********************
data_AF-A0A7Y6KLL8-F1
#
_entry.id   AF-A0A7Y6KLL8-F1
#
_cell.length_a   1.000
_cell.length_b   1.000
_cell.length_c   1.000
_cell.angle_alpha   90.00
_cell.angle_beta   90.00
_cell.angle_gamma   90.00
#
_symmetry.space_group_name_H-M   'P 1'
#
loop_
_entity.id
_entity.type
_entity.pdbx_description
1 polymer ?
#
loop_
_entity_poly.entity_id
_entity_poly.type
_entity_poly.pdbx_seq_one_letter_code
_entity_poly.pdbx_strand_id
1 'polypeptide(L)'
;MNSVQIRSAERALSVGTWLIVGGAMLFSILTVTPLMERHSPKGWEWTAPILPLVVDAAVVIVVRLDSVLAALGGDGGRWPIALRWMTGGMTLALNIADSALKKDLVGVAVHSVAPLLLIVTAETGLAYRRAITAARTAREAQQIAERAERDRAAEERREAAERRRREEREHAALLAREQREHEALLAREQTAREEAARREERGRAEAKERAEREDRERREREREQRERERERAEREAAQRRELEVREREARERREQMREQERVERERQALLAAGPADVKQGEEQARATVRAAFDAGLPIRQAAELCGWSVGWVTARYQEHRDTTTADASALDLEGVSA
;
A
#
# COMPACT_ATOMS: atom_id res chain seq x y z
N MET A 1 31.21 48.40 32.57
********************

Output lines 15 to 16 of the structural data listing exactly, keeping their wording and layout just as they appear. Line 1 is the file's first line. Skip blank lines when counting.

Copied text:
_entity.id
_entity.type